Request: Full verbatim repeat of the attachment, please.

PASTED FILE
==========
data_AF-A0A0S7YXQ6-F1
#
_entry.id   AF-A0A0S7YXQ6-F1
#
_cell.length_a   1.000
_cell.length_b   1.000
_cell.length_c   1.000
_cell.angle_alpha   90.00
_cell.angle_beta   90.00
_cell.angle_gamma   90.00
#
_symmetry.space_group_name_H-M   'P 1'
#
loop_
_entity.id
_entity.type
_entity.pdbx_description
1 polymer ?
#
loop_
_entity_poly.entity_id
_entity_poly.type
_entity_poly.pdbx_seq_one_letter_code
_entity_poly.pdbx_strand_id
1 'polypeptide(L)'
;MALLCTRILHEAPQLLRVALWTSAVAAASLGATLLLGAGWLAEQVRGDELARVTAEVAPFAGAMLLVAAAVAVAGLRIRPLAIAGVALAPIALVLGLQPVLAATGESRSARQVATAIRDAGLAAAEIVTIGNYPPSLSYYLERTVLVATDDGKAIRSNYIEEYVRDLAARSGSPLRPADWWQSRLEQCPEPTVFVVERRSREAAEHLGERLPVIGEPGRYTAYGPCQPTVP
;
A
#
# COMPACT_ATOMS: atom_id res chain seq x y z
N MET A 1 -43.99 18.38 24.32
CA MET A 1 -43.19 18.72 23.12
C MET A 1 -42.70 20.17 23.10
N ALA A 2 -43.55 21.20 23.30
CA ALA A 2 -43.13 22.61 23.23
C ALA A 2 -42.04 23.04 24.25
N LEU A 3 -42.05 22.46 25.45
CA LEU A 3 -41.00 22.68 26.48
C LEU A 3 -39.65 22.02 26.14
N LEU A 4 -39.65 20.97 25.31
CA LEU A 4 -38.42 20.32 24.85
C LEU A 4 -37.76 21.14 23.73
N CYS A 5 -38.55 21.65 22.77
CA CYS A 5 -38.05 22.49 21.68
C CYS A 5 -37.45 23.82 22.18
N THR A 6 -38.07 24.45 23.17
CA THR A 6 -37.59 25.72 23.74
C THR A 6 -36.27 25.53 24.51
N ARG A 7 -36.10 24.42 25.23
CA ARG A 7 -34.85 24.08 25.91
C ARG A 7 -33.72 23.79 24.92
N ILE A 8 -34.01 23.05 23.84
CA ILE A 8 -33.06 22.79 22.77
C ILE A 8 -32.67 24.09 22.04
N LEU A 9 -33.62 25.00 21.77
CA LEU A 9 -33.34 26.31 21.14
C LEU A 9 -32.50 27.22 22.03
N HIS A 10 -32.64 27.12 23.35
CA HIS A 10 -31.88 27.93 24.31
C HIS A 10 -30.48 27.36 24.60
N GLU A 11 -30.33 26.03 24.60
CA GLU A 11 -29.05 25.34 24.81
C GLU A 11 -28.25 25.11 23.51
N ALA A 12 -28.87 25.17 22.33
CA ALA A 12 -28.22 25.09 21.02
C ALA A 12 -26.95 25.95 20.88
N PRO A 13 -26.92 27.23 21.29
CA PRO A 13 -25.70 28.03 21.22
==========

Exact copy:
data_AF-A0A0S7YXQ6-F1
#
_entry.id   AF-A0A0S7YXQ6-F1
#
_cell.length_a   1.000
_cell.length_b   1.000
_cell.length_c   1.000
_cell.angle_alpha   90.00
_cell.angle_beta   90.00
_cell.angle_gamma   90.00
#
_symmetry.space_group_name_H-M   'P 1'
#
loop_
_entity.id
_entity.type
_entity.pdbx_description
1 polymer ?
#
loop_
_entity_poly.entity_id
_entity_poly.type
_entity_poly.pdbx_seq_one_letter_code
_entity_poly.pdbx_strand_id
1 'polypeptide(L)'
;MALLCTRILHEAPQLLRVALWTSAVAAASLGATLLLGAGWLAEQVRGDELARVTAEVAPFAGAMLLVAAAVAVAGLRIRPLAIAGVALAPIALVLGLQPVLAATGESRSARQVATAIRDAGLAAAEIVTIGNYPPSLSYYLERTVLVATDDGKAIRSNYIEEYVRDLAARSGSPLRPADWWQSRLEQCPEPTVFVVERRSREAAEHLGERLPVIGEPGRYTAYGPCQPTVP
;
A
#
# COMPACT_ATOMS: atom_id res chain seq x y z
N MET A 1 -43.99 18.38 24.32
CA MET A 1 -43.19 18.72 23.12
C MET A 1 -42.70 20.17 23.10
N ALA A 2 -43.55 21.20 23.30
CA ALA A 2 -43.13 22.61 23.23
C ALA A 2 -42.04 23.04 24.25
N LEU A 3 -42.05 22.46 25.45
CA LEU A 3 -41.00 22.68 26.48
C LEU A 3 -39.65 22.02 26.14
N LEU A 4 -39.65 20.97 25.31
CA LEU A 4 -38.42 20.32 24.85
C LEU A 4 -37.76 21.14 23.73
N CYS A 5 -38.55 21.65 22.77
CA CYS A 5 -38.05 22.49 21.68
C CYS A 5 -37.45 23.82 22.18
N THR A 6 -38.07 24.45 23.17
CA THR A 6 -37.59 25.72 23.74
C THR A 6 -36.27 25.53 24.51
N ARG A 7 -36.10 24.42 25.23
CA ARG A 7 -34.85 24.08 25.91
C ARG A 7 -33.72 23.79 24.92
N ILE A 8 -34.01 23.05 23.84
CA ILE A 8 -33.06 22.79 22.77
C ILE A 8 -32.67 24.09 22.04
N LEU A 9 -33.62 25.00 21.77
CA LEU A 9 -33.34 26.31 21.14
C LEU A 9 -32.50 27.22 22.03
N HIS A 10 -32.64 27.12 23.35
CA HIS A 10 -31.88 27.93 24.31
C HIS A 10 -30.48 27.36 24.60
N GLU A 11 -30.33 26.03 24.60
CA GLU A 11 -29.05 25.34 24.81
C GLU A 11 -28.25 25.11 23.51
N ALA A 12 -28.87 25.17 22.33
CA ALA A 12 -28.22 25.09 21.02
C ALA A 12 -26.95 25.95 20.88
N PRO A 13 -26.92 27.23 21.29
CA PRO A 13 -25.70 28.03 21.22